The Do as I Do (DAID) method teaches dogs to copy human actions. Once a dog understands the system, the person can perform a behavior, say “Do it!” and the dog will imitate it. Fugazza’s research has demonstrated that this method is highly successful, especially when the behavior involves an interaction with an object.
In a recent study, Fugazza and her collaborators found that—when compared to dogs taught via shaping/clicker-training methods—DAID-trained dogs learned faster, were better able to generalize the performance of a new task to a new context, and were more successful at performing the task in response to a verbal cue 24 hours after the training session (Fugazza, Miklósi 2015).
Like any training method, DAID has both advantages and limitations. Though some see it as a challenge to their own longtime training methods, Fugazza considers it a supplement rather than a replacement. In order to learn what “Do it!” means, dogs must be able to perform a number of behaviors learned via other methods, shaping/clicker among them. She also emphasizes that while DAID can reduce the time it takes to train a dog to perform certain tasks, it’s not useful for teaching dogs to walk on a leash or to come when called.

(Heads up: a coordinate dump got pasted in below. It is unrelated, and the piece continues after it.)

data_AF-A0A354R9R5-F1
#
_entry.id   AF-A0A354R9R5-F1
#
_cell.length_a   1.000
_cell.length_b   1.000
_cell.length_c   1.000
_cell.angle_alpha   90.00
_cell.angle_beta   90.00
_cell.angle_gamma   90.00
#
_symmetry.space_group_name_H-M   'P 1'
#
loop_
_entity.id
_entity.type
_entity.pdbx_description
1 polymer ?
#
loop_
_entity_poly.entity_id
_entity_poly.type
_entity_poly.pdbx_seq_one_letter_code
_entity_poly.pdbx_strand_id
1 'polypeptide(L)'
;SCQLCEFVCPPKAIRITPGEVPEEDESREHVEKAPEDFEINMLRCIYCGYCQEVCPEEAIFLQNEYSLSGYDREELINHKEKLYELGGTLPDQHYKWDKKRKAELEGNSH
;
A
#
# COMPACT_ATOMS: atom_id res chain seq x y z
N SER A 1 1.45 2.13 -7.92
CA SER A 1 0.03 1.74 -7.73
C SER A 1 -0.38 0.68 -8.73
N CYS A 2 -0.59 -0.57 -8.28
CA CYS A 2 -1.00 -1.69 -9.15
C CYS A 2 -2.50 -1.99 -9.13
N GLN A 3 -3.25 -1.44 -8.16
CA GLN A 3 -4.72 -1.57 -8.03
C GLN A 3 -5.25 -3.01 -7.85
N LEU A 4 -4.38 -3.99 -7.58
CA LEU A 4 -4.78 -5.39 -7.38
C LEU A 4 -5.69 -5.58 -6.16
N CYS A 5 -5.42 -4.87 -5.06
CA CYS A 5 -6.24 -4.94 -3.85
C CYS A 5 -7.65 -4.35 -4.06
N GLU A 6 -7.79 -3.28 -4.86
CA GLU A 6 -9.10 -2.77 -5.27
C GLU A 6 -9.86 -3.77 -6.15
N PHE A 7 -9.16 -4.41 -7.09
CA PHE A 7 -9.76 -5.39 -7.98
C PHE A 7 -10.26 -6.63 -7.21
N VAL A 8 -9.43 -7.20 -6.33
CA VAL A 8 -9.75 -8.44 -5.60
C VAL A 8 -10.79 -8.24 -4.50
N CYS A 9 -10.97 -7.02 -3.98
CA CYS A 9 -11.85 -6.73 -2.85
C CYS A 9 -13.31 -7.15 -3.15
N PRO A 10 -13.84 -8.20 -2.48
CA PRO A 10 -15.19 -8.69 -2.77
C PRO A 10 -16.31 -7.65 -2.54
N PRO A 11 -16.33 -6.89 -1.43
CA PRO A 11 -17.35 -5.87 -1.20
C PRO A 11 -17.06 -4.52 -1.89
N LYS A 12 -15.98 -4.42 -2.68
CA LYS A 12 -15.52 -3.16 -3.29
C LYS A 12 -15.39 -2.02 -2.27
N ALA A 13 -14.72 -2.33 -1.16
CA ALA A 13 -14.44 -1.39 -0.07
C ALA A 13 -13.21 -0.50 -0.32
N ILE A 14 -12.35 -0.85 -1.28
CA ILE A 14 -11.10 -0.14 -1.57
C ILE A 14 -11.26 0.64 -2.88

Among its advantages is its focus on the human/canine relationship, and many dogs seem to benefit from this way of learning. Another interesting aspect of the DAID paradigm is the view it provides of dogs’ cognitive processes. What Fugazza finds most interesting is that it allows an investigation of the way the observer (the dog) represents the action of the demonstrator (the person). In other words, it allows her to see what is in the dog’s head when he observes the action of the demonstrator. Studying how dogs learn through imitation has implications for our understanding of dogs’ minds as well as their behavior.
One study involved the action of opening a drawer. The people performed the action with their hands, but dogs’ use of either paw or nose was considered successful. (Researchers were looking for what they call “functional imitation,” which takes into account the differences between dog and human anatomy.) One of the dogs did not imitate the behavior, which was surprising because this dog had previously had a lot of success with DAID training. The guardian said she thought her dog would do it if she herself demonstrated by opening the drawer with her mouth, which she did. The dog then immediately copied her action, and did it correctly. Since most dogs opened the drawer by mouth after observing a human do it by hand, this exception provides insight into individual differences in dogs’ mental representations of actions.